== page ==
Four ways publishers need to be digging deeper into revenue optimization

by Tim Sheets, VP of Monetization, OpenX

With programmatic making up the lion’s share of many publishers’ digital revenue, it is even more important for publishers to dig deeper into yield optimizations. That means opening up a slew of programmatic opportunities for publishers to grab more ad dollars. By doing so, we have found that publishers are often able to up their revenue by 25 percent or more.

Publishers looking for that increase should try these four tactics.

1. Level the playing field.

Are all demand partners really competing in the same auction? Legacy ad server configurations prioritized traditional direct sold campaigns above all other demand, including programmatic. This preferential first look access for direct sold often limited competition. With most ad servers now able to manage volume in a more sophisticated way, publishers no longer face the same restriction.

Thus, publishers should consider letting their programmatic platform partners compete alongside traditional direct sold campaigns when the programmatic bid prices are high enough or when publishers have negotiated with the platform to get preferential access. Removing artificial barriers to competition not only maximizes yield but also resolves one of the buy side’s most frequently stated concerns—not knowing how programmatic platforms are prioritized relative to other demand channels.

2. Force platforms to pay a premium for structural advantages.

Programmatic platforms native to an ad server—for example, the ad server’s primary ad exchange—have an advantage compared to the rest of a publisher’s demand partners. They get to see the prices of all the demand partners before competing for inventory. As it stands, these native platforms are not forced to pay a premium for this significant advantage.

To make up for the lack of this premium, publishers should work with external programmatic platforms to boost bid prices in the ad server. The end result will be a more competitive environment and more appropriate pricing for all demand partners. It should be possible to receive two pricing signals for each impression from programmatic platforms. One can represent a boosted bid, and the other can retain accurate revenue reporting.

3. Play matchmaker with inventory attributes and audience segments.

One of programmatic’s biggest benefits for publishers is the ability to carve inventory into very small segments. This goes all the way down to the user level, where publishers can accurately match their inventory and audience profiles with buyer preferences, opening up a number of opportunities for publishers to customize settings within programmatic platforms and increase revenue.

To start, publishers should set floor prices that more accurately reflect the market price of impressions and ad unit sizes. For example, setting a lower floor price for less desirable traffic will increase fill rates without sacrificing the overall pricing strategy.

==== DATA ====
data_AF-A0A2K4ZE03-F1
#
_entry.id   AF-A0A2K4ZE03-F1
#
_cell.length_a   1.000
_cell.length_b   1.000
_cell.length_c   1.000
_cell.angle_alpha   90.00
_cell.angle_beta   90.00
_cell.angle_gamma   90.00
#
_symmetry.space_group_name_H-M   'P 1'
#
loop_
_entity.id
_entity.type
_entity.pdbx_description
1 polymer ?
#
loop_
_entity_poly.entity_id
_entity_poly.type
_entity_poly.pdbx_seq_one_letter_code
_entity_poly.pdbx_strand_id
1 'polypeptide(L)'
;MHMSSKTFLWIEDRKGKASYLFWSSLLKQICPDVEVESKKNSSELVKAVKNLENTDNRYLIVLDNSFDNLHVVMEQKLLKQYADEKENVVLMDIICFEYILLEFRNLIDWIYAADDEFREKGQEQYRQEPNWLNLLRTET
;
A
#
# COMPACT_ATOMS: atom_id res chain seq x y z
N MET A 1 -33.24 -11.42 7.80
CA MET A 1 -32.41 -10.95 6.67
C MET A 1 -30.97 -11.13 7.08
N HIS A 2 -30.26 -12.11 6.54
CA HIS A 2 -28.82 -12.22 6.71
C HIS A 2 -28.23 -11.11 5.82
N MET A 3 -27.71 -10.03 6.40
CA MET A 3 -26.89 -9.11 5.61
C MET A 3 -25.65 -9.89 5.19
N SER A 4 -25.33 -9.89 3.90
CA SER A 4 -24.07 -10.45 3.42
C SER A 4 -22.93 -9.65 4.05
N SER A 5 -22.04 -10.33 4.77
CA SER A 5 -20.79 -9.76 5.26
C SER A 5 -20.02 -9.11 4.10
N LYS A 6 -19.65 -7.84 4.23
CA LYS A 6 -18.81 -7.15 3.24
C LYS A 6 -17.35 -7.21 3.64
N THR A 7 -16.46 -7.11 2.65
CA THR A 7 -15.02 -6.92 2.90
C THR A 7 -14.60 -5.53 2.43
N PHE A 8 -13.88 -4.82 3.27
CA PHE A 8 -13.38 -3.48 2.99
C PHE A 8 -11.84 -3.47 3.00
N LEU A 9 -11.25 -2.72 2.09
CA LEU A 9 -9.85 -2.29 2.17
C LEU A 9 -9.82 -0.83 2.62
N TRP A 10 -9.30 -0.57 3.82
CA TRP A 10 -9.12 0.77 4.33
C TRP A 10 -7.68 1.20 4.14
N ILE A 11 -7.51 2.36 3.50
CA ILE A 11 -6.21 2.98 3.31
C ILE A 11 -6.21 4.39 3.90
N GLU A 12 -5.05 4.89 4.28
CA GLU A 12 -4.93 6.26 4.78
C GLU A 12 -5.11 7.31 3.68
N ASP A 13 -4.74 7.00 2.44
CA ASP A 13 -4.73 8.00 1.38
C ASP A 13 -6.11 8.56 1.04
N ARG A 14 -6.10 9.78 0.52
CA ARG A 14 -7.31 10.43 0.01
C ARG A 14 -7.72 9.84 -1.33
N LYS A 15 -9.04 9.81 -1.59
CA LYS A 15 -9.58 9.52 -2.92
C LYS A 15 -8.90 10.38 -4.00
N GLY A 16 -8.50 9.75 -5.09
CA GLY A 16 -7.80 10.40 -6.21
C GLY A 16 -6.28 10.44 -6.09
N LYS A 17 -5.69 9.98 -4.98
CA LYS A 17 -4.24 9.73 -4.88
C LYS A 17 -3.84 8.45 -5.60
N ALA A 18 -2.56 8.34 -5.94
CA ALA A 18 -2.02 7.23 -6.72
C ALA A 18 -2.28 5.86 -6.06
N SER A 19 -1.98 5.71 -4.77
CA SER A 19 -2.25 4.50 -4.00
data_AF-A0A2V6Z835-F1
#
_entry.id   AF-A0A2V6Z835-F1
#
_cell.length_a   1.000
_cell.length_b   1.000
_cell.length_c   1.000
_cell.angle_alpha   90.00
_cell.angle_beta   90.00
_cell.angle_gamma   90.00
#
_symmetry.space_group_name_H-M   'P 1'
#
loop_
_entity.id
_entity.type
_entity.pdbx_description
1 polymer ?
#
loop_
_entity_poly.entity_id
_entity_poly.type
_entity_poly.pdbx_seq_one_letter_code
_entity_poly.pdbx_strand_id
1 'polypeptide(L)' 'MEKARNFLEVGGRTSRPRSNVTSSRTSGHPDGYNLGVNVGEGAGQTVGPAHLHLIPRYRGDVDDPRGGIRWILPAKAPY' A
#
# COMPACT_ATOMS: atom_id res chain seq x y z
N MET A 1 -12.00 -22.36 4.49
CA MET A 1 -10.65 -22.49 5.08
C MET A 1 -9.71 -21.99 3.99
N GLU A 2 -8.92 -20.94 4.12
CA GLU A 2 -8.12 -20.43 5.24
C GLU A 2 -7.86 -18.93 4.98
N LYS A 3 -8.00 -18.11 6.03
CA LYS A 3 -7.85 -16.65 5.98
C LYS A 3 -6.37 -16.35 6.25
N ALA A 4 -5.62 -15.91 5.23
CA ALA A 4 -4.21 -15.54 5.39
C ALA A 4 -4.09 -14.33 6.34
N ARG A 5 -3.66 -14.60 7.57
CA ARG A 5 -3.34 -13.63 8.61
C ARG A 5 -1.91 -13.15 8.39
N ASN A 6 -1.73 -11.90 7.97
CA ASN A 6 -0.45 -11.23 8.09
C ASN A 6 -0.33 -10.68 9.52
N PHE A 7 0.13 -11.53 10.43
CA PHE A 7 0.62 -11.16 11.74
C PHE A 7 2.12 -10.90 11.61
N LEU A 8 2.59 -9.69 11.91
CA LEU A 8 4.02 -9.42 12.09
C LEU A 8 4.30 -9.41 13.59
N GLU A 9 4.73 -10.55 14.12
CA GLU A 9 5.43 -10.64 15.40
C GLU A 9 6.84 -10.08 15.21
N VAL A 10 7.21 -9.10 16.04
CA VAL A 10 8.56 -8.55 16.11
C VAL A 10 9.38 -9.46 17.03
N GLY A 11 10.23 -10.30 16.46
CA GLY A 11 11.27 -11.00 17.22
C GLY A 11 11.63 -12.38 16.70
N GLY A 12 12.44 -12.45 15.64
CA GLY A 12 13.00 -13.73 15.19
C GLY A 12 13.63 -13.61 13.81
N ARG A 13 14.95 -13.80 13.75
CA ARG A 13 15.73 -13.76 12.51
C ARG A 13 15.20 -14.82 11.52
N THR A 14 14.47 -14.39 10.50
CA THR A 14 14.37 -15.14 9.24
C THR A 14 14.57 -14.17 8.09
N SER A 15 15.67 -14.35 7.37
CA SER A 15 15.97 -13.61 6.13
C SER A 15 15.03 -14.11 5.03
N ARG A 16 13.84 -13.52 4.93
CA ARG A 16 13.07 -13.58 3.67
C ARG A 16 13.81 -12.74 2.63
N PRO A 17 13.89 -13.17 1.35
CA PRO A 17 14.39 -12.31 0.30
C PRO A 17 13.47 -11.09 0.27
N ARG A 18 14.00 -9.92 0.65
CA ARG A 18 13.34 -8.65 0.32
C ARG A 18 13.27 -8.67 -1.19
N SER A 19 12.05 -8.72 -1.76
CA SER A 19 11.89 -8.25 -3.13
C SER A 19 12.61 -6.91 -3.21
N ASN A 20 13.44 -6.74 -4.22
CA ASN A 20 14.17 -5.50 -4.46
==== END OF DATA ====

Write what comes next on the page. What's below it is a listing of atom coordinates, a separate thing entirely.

Publishers should also take a nuanced approach when setting their partners’ timeout thresholds. Visitors arrive at sites through all types of connection speeds and devices, so while it’s important to serve ads quickly, programmatic platforms may need more time to compensate for slower connections anyway. For instance, publishers can set a longer response window for mobile traffic to reduce timeouts while taking user experience into account.

4. Pay attention because the devil is in the details.

If publishers dug deeper into their partners’ bid patterns, comparing bid frequency rates and sell-thru rates across price ranges, they could more effectively determine whether their floor prices were set at the appropriate level. Or when sell-thru rates don’t increase with higher bid prices, it could mean that the ad server is preventing price-based competition for certain pricing buckets and must be adjusted.

Legacy ad servers need to price traditional tag-based demand partners, including ad networks, at a fixed price representing the average amount paid across a number of impressions. Publishers who still have some of this demand kicking around should adjust the fixed prices to account for each tag-based partner’s fill and discrepancy rates. Otherwise, publishers could end up turning down a programmatic bid only to find that the impression was ultimately passed back to the ad server or lost in transit.

So what’s the takeaway for publishers?

Programmatic advertising delivers unique revenue optimization strategies that don’t exist with other ad sales models. Publishers are well positioned to maximize revenue as long as they build optimization into their processes. Publishers shouldn’t get comfortable just because they start generating more revenue—exposing additional areas for revenue optimization may be as simple as digging one layer deeper.

https://staging.digiday.com/?p=212487

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